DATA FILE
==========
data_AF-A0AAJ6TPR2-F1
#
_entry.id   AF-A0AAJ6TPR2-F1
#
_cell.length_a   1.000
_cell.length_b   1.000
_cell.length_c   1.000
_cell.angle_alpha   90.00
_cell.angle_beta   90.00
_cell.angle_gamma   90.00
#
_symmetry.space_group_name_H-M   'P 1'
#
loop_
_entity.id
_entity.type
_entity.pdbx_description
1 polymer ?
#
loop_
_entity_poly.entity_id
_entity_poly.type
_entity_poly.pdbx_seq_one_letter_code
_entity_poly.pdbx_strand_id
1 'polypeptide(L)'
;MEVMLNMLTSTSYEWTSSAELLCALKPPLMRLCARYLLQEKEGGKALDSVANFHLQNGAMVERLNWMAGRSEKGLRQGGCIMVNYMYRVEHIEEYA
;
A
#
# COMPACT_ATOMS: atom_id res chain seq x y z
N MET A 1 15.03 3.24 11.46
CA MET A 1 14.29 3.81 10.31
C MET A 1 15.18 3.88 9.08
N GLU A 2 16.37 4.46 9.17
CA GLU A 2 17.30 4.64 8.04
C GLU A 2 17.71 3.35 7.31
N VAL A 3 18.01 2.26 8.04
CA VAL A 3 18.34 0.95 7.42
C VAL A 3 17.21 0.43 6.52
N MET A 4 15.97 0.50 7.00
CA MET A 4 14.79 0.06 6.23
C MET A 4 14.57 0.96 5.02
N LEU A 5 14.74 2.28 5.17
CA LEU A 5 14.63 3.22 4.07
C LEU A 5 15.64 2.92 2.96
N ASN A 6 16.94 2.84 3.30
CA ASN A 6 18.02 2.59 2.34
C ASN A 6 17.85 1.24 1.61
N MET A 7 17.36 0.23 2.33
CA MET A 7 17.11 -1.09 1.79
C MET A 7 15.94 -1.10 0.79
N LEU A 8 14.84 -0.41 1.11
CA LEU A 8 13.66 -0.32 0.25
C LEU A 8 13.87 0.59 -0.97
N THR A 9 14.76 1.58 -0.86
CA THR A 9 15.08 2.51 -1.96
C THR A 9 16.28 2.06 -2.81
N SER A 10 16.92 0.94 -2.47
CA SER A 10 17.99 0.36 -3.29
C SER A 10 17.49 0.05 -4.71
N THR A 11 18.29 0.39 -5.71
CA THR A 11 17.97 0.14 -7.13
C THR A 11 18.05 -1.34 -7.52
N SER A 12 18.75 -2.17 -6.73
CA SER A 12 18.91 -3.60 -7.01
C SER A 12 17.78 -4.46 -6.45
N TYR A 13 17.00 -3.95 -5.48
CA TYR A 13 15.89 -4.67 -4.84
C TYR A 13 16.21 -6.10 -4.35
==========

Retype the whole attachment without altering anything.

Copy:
data_AF-A0AAJ6TPR2-F1
#
_entry.id   AF-A0AAJ6TPR2-F1
#
_cell.length_a   1.000
_cell.length_b   1.000
_cell.length_c   1.000
_cell.angle_alpha   90.00
_cell.angle_beta   90.00
_cell.angle_gamma   90.00
#
_symmetry.space_group_name_H-M   'P 1'
#
loop_
_entity.id
_entity.type
_entity.pdbx_description
1 polymer ?
#
loop_
_entity_poly.entity_id
_entity_poly.type
_entity_poly.pdbx_seq_one_letter_code
_entity_poly.pdbx_strand_id
1 'polypeptide(L)'
;MEVMLNMLTSTSYEWTSSAELLCALKPPLMRLCARYLLQEKEGGKALDSVANFHLQNGAMVERLNWMAGRSEKGLRQGGCIMVNYMYRVEHIEEYA
;
A
#
# COMPACT_ATOMS: atom_id res chain seq x y z
N MET A 1 15.03 3.24 11.46
CA MET A 1 14.29 3.81 10.31
C MET A 1 15.18 3.88 9.08
N GLU A 2 16.37 4.46 9.17
CA GLU A 2 17.30 4.64 8.04
C GLU A 2 17.71 3.35 7.31
N VAL A 3 18.01 2.26 8.04
CA VAL A 3 18.34 0.95 7.42
C VAL A 3 17.21 0.43 6.52
N MET A 4 15.97 0.50 7.00
CA MET A 4 14.79 0.06 6.23
C MET A 4 14.57 0.96 5.02
N LEU A 5 14.74 2.28 5.17
CA LEU A 5 14.63 3.22 4.07
C LEU A 5 15.64 2.92 2.96
N ASN A 6 16.94 2.84 3.30
CA ASN A 6 18.02 2.59 2.34
C ASN A 6 17.85 1.24 1.61
N MET A 7 17.36 0.23 2.33
CA MET A 7 17.11 -1.09 1.79
C MET A 7 15.94 -1.10 0.79
N LEU A 8 14.84 -0.41 1.11
CA LEU A 8 13.66 -0.32 0.25
C LEU A 8 13.87 0.59 -0.97
N THR A 9 14.76 1.58 -0.86
CA THR A 9 15.08 2.51 -1.96
C THR A 9 16.28 2.06 -2.81
N SER A 10 16.92 0.94 -2.47
CA SER A 10 17.99 0.36 -3.29
C SER A 10 17.49 0.05 -4.71
N THR A 11 18.29 0.39 -5.71
CA THR A 11 17.97 0.14 -7.13
C THR A 11 18.05 -1.34 -7.52
N SER A 12 18.75 -2.17 -6.73
CA SER A 12 18.91 -3.60 -7.01
C SER A 12 17.78 -4.46 -6.45
N TYR A 13 17.00 -3.95 -5.48
CA TYR A 13 15.89 -4.67 -4.84
C TYR A 13 16.21 -6.10 -4.35